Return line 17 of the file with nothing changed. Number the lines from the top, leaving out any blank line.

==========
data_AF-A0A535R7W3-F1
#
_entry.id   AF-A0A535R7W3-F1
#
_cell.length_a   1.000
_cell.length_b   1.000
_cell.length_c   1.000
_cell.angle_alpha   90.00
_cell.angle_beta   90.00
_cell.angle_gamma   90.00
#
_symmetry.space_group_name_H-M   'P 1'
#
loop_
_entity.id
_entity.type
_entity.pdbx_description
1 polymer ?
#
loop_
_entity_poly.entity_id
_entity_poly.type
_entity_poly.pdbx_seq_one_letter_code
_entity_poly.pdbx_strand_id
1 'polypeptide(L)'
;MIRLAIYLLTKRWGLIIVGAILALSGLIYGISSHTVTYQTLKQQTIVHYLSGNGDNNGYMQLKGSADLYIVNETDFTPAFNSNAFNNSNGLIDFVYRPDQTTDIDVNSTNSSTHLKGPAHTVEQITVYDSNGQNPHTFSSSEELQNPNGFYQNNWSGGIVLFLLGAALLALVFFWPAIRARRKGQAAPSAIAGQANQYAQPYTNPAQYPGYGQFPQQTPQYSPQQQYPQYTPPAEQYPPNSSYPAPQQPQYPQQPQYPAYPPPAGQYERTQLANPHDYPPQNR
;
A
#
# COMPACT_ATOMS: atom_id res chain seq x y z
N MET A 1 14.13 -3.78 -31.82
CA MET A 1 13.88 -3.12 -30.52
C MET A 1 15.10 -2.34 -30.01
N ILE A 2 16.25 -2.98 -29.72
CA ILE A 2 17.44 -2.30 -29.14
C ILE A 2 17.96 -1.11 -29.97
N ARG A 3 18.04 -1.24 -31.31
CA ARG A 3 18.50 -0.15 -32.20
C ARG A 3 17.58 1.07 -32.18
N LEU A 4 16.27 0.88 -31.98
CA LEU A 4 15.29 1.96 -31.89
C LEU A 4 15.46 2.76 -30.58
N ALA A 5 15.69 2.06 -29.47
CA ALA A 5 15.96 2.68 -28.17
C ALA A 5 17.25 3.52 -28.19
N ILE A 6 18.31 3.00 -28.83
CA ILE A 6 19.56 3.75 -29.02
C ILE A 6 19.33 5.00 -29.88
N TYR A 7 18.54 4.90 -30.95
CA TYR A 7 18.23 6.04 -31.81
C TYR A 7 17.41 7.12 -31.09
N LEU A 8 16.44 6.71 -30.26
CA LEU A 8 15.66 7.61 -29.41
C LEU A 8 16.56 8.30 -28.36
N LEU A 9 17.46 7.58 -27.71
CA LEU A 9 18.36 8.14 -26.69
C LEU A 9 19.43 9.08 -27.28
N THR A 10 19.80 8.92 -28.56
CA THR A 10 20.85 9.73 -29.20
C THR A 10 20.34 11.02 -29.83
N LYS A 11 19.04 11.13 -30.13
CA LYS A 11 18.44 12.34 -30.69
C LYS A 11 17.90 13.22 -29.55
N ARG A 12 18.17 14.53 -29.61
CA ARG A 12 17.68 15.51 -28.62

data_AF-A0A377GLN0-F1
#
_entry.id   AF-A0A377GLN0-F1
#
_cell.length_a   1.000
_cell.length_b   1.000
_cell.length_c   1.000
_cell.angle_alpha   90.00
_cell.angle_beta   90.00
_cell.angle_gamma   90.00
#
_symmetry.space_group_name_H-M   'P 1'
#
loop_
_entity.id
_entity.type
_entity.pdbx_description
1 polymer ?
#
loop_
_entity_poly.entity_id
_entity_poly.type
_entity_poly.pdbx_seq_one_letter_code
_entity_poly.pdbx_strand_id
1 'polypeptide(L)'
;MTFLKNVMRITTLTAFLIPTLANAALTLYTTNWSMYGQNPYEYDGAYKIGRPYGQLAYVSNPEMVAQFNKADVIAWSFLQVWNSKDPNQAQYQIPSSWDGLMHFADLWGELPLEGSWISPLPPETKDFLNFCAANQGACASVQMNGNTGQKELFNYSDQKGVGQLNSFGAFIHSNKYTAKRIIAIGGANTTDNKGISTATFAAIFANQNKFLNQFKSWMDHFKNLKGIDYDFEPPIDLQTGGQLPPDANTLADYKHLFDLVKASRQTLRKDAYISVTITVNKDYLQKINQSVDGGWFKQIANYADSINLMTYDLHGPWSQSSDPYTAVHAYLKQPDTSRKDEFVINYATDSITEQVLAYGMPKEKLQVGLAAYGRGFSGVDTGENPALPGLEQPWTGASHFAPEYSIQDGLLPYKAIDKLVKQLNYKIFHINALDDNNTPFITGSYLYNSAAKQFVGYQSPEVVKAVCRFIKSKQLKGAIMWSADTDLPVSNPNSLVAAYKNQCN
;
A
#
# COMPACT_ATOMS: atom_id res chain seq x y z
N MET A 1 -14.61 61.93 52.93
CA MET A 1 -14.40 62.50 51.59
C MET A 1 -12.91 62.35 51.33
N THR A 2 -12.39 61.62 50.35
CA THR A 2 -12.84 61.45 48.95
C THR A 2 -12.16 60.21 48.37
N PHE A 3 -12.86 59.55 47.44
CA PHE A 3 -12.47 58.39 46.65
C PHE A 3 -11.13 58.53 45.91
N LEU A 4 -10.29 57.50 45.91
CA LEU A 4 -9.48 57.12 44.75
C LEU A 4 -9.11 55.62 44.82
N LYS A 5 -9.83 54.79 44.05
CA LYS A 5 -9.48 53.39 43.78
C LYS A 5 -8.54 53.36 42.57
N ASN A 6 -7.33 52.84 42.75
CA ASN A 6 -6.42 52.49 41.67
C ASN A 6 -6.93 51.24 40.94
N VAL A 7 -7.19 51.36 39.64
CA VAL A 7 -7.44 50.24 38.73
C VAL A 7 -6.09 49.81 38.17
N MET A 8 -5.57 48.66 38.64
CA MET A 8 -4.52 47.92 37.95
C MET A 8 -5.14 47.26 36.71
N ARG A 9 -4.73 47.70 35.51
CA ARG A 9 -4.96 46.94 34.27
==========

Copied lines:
_entity.pdbx_description